Emergency Communications Plan

This page is for our plans and guidance on how Ramona Hams should communicate in an emergency with HT's, vehicles or base rigs.

Ramona is so central to the entire county, and so unique in our terrain and isolation, there is much we might offer assistance with, or need to call for assistance, if our normal communications are cut off. Are you, your radios and your power ready?


BACKGROUND: Ramona is characterized by steep slopes, rocky terrain, rolling topography, deep canyons, high valleys, and expanses of grassland. The native vegetation is highly combustible during the long, seasonal dry periods. Significant fire activity is not uncommon in the heavily vegetated foothills and canyons, with a relatively dry climate and low relative humidity during the late summer and fall periods. Winds commonly occur from the west. Although strong winds from the west and south can be a problem during a fire, the dry, strong north and east winds (Santa Anas) are more problematic. The entire area of Ramona outside of the Town Center is vulnerable to fire. As Ramona borders undeveloped portions of other communities and the Cleveland National Forest, all of the areas bordering Ramona are also vulnerable to fire. There are two new dangers posed by (a) a new SDG&E policy to turn power off at any time a fire danger is high, and (b) possible terrorist events in San Diego. A significant event could cause power outage, disease and a mass influx of people to this area in need of shelter and support.

PURPOSE: To provide a communications plan and recommended frequencies to provide the most effective emergency communications possible throughout Ramona and the surrounding rural areas.

AREA OF COVERAGE: Ramona and surrounding rural area extending north to Palomar and east through Julian to Ranchita and the Cuyamacas. (Our coverage area is focused on rural country from Mt Woodson and east. The city & suburbs have different needs and capabilities.)

PARTICIPANTS: ROARS members, and certainly any others in need. Participants should be able to use the frequencies below and particularly the ROARS Ramona repeater. Other repeaters may be swamped or off the air.

QUICK START GUIDE: At the bottom of this page are emergency plans you can download and read. All are excellent information. PLEASE download and print the one called "ROARS Emergency Net - Quick Start Guide" at the bottom of this page and keep copies at your ham shack and in your cars. If things went to hell in Ramona, this is the fastest way we can all find and help each other!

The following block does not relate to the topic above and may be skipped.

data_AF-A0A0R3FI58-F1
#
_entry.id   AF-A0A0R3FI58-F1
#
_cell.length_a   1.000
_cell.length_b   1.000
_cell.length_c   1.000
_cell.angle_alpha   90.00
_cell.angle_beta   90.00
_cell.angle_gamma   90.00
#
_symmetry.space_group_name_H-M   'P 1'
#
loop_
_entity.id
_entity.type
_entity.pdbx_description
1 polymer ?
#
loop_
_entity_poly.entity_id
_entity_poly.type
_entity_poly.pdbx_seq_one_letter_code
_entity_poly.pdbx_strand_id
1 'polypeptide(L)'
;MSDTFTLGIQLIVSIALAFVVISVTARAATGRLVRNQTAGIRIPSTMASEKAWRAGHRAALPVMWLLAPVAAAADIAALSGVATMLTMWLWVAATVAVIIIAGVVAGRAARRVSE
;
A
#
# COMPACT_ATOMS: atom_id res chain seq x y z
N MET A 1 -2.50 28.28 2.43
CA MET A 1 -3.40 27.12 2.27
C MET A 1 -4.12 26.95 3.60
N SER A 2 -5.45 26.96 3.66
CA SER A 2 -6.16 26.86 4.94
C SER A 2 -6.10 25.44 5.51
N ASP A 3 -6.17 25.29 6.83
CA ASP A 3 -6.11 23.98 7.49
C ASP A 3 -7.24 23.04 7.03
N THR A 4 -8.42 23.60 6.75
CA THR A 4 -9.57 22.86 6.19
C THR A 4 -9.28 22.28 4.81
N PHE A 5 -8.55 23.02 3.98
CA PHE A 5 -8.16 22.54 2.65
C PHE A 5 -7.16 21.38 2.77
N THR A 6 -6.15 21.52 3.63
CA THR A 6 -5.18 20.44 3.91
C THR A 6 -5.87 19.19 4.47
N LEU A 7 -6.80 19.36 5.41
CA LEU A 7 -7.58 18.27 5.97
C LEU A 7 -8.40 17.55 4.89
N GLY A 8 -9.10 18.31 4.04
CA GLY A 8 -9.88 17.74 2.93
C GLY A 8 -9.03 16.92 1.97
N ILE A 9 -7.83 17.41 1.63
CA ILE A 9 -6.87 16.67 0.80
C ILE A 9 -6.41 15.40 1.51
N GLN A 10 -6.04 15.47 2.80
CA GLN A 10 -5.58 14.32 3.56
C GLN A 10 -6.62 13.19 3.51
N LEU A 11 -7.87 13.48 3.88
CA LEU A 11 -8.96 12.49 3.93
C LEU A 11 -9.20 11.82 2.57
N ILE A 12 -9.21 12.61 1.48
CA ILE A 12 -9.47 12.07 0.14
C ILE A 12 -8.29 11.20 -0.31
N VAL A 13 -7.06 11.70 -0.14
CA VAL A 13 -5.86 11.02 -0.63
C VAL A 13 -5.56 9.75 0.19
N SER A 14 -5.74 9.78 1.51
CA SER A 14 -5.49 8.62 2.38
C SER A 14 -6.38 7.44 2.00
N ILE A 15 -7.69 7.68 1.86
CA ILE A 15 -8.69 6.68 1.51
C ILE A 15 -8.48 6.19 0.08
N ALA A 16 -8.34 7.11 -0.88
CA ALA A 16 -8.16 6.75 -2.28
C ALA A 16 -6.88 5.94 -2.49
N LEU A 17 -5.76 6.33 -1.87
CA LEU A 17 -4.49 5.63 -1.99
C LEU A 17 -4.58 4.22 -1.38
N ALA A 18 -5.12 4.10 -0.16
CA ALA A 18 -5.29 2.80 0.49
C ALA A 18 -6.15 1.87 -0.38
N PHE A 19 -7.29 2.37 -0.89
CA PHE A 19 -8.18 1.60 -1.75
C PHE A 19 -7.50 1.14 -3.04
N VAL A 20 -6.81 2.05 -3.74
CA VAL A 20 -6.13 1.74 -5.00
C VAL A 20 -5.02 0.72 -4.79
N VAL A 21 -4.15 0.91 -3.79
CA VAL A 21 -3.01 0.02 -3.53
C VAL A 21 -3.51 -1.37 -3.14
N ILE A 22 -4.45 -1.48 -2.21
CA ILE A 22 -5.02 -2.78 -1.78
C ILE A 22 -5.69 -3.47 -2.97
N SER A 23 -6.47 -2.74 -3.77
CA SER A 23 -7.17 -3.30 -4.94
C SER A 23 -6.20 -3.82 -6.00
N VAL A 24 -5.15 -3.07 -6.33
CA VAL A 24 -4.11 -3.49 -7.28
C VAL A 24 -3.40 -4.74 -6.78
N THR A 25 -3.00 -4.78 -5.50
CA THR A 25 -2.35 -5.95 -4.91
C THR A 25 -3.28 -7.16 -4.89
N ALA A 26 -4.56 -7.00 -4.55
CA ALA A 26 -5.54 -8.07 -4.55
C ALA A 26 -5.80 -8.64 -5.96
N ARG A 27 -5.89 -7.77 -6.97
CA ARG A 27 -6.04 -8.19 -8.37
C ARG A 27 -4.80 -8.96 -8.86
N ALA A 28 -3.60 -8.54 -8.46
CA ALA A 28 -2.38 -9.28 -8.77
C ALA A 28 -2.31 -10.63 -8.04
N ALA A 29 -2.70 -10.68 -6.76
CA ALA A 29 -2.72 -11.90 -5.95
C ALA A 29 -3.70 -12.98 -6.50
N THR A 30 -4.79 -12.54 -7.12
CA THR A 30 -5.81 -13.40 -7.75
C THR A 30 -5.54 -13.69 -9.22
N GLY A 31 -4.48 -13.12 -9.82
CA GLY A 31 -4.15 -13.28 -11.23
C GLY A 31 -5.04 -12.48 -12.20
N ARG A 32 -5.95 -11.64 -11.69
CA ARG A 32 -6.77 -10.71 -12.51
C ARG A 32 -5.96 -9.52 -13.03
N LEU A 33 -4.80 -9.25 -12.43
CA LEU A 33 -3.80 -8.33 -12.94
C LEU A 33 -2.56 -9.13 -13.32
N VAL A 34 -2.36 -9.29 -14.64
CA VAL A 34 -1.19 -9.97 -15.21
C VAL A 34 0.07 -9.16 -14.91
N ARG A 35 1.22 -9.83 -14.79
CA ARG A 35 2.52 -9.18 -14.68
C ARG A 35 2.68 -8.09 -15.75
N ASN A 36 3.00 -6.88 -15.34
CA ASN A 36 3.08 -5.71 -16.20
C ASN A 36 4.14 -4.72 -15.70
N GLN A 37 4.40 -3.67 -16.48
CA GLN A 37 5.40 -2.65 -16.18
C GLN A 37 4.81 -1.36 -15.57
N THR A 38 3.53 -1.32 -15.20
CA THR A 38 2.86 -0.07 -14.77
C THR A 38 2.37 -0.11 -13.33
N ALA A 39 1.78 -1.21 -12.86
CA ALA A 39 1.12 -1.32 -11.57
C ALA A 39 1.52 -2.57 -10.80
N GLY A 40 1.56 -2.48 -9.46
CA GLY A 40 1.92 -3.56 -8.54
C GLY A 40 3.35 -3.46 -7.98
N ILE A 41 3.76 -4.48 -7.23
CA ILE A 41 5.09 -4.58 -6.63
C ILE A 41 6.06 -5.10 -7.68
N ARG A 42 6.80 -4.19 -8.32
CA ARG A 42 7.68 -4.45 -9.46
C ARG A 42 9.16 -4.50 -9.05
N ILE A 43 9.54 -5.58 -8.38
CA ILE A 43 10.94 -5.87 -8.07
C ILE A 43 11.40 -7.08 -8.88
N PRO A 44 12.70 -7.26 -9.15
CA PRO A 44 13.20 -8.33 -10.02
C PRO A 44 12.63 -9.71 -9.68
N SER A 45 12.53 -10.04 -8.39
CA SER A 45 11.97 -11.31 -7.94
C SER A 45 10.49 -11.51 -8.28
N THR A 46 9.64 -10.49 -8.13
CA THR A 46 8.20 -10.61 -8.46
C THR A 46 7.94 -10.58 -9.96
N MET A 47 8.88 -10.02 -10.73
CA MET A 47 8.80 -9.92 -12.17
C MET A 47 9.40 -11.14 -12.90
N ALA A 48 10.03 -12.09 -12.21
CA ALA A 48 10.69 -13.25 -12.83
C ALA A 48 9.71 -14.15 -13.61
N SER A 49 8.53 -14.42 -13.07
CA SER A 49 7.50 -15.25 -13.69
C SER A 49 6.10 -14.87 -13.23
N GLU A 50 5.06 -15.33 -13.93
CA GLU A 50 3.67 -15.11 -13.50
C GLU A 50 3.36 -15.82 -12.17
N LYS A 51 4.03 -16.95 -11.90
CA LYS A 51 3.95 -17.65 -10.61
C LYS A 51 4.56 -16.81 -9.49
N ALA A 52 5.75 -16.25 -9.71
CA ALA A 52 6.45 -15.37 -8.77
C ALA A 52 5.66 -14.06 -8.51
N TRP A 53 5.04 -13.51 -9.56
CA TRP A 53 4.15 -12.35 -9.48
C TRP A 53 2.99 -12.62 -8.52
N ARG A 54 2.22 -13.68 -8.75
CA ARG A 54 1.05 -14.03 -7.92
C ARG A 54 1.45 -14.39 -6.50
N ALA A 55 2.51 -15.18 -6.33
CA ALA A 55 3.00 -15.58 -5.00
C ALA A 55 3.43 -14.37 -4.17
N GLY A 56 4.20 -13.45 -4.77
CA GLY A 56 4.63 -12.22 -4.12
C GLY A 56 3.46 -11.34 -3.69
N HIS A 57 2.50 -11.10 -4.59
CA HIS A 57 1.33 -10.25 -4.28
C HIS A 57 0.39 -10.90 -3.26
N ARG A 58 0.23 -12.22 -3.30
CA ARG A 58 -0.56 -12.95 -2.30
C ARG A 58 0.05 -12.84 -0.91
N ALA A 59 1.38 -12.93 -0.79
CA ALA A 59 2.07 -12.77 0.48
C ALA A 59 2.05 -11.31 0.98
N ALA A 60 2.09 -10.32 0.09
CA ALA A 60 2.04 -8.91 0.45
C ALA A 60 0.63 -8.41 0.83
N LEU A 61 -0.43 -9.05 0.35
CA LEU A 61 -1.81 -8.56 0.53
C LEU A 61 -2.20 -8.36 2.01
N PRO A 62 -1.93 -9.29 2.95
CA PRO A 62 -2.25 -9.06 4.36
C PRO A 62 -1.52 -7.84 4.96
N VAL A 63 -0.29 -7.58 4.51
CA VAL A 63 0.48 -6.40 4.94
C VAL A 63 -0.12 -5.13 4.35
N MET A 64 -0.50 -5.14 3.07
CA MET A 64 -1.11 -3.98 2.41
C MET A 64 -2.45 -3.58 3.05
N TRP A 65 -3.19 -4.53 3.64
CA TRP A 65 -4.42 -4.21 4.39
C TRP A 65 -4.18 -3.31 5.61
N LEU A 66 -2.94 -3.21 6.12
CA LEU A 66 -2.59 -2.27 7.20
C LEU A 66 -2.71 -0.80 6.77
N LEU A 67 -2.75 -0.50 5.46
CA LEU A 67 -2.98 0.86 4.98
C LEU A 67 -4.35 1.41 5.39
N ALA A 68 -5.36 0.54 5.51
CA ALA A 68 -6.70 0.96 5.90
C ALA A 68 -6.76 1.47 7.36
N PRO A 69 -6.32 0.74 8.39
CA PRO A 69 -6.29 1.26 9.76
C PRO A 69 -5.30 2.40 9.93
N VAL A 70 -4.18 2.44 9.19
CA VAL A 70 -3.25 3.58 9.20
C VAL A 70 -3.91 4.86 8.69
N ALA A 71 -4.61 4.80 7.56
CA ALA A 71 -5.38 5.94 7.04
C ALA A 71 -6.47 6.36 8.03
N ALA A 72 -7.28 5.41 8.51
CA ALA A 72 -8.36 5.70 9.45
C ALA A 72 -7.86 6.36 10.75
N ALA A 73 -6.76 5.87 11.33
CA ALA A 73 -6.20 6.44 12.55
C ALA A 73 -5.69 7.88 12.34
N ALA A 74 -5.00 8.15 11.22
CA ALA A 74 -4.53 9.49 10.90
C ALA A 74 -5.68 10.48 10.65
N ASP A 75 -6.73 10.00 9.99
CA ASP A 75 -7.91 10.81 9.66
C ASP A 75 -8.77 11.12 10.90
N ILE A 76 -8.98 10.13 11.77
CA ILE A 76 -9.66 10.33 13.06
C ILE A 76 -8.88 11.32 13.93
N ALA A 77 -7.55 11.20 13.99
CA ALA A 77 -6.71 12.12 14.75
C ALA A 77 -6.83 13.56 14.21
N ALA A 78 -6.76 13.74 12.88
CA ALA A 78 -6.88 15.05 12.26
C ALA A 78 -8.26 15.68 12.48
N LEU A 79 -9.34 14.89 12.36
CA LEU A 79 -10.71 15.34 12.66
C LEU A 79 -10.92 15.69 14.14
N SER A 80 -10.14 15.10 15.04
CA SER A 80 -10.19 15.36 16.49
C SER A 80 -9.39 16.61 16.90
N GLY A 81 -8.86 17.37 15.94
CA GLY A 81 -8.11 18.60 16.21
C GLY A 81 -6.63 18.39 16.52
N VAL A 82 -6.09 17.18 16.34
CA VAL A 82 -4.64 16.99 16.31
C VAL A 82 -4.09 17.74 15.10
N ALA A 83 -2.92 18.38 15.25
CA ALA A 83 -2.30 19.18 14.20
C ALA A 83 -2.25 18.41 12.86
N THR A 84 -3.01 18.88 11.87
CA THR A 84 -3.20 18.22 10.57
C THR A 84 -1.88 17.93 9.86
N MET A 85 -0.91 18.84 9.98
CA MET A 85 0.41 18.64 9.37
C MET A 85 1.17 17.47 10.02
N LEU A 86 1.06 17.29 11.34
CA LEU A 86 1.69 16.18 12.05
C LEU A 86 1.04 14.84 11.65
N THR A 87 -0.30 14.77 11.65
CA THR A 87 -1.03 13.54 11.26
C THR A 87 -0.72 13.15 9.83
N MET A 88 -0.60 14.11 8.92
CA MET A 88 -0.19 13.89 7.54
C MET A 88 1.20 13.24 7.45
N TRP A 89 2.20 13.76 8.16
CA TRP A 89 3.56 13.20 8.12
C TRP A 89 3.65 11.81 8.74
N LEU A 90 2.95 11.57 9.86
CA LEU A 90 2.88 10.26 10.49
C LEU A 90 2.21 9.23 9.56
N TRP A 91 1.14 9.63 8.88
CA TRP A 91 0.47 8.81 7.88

Ramona is listed as one of the worst towns in California to escape from during a wildfire!

  • NOTE! There are six paved and two dirt roads out of the Ramona valley if you have to escape. Without exception, they loose communications (even at 50 watts) soon after you loose line of sight. If you had to escape or communicate, do you know where all eight are, where they go and where the best communication spots are?

Listed here clockwise:

  1. 67 south to Poway (I-15) or Lakeside (I-8 or Highway 52).

  2. Highland Valley Road to San Pasqual Valley and Lake Hodges (I-15) For communications from Ramona to Ranchita, a vacant lot is just north of the Sunrise Vineyard at 1600'.

  3. 78 west to San Pasqual Valley and Escondido (I-15)

  4. Pamo Road north to Mesa Grande and Lake Henshaw (dirt, sometimes rough)

  5. Black Canyon Road north to Lake Sutherland (dirt, graded, the highest elevation route. For broad communications (valley, estates, Ranchita, San Diego), follow the road a little over two miles to a dirt pull out at 2150'.

  6. 78 east to Santa Ysabel (Highway 79)

  7. Old Julian Highway to Santa Ysabel (Highway 79)

  8. San Vicente Road and Wildcat Canyon Road to Lakeside (I-8 or Highway 52)


(Do you have these frequencies programmed in your radios?):

  1. 147.130 (+), PL 107.2 First Choice for large area coverage. PARC Palomar Mtn repeater at 6000 ft. Use this first to talk outside the Ramona area. Tested during our bi-weekly net. However likely very busy in a big emergency even if it is on the air.

  2. 145.180 (-), PL 107.2 Second Choice for large area coverage. Mt. Woodson repeater at 2600 ft owned by W6HDC. Great coverage and available for ROARS use. (It does not normally cover Ranchita.)

  3. 145.300 (-), PL 88.5 First Choice for local communications. ROARS Ramona VHF repeater at 1400 ft. Coverage to Ramona, Palomar, Julian, Ranchita, some of the estates, and more. C4FM and EchoLink 202529 capable. Backup batteries and solar. Used during our ROARS nets. Start a ROARS emergency net on this repeater if it is on the air!

  4. 145.710 Simplex Backup for Ramona communications if repeaters are down or swamped. We often use this frequency at the end of our bi-weekly nets to practice our local simplex communications skills without interfering with busier simplex frequencies.

  5. 147.195 (+) 114.8 Sheriff ACS center/repeater on Kearny Mesa staffed by Hams only in times of an official emergency. (Private net! Monitor only unless there is essential emergency traffic.)

  6. 146.520 Simplex This national calling frequency is the most heavily monitored Simplex freq. In an emergency, it is likely the best frequency to find non-Ramona hams on the air.

  7. 147.480 Simplex Used for Julian CERT communications.

  8. 445.760 (-), PL 88.5 ROARS Ramona UHF repeater located in Julian. C4FM and Allstar 2088 link. A good quiet backup net when needed.

  9. 3.924 MHz for local HF communications with ARES

  10. Any HF frequency as needed to touch the outside world.

ROARS often tests local simplex communications coverage

From the Tractor Supply Company parking lot to all around the Ramona area using mobile rigs running a 5 watts on 145.710, here are the key lessons learned:

  • On simplex VHF with low power (5 watts), you can talk point to point almost anywhere in the Ramona valley.